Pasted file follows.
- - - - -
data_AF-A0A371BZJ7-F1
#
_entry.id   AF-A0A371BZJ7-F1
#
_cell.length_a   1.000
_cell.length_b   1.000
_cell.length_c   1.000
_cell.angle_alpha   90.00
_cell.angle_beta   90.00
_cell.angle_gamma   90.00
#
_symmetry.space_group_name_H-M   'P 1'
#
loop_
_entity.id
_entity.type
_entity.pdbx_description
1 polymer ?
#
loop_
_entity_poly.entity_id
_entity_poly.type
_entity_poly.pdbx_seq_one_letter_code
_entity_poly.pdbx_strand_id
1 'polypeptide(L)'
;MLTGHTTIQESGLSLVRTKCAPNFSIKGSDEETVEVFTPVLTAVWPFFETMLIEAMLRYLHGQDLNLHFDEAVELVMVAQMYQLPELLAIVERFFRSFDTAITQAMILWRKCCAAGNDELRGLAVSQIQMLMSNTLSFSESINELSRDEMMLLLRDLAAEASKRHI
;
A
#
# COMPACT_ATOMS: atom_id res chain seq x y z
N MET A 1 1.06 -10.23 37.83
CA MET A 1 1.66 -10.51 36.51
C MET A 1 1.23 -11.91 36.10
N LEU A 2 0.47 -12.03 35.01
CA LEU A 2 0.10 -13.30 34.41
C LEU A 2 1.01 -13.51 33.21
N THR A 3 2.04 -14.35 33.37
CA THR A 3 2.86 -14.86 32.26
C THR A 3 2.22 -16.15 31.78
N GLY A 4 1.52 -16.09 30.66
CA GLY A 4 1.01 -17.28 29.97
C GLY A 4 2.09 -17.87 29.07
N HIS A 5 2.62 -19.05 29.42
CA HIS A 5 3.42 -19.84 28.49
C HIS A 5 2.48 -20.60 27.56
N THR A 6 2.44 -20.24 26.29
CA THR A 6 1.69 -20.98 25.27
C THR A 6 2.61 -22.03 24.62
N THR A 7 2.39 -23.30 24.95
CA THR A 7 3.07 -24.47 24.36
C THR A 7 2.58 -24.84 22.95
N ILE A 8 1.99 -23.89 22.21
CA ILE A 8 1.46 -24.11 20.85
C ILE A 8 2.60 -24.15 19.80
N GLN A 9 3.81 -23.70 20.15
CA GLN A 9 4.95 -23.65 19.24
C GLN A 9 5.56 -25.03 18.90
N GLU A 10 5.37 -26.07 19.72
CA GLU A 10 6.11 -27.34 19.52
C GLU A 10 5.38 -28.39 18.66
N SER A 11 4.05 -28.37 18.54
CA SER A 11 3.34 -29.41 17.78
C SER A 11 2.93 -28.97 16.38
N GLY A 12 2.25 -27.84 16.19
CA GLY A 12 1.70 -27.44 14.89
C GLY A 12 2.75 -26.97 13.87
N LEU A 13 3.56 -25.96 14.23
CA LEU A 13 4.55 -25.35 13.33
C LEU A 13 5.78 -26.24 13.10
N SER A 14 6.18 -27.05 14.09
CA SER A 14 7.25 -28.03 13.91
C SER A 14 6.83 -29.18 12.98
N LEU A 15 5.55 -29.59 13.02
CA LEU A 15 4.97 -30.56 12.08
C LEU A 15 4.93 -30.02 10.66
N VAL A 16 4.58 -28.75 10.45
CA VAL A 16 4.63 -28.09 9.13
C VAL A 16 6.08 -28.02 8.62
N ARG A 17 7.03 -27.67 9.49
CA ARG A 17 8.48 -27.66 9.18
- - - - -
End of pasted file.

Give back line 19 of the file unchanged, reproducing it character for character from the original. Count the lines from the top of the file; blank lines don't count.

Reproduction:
#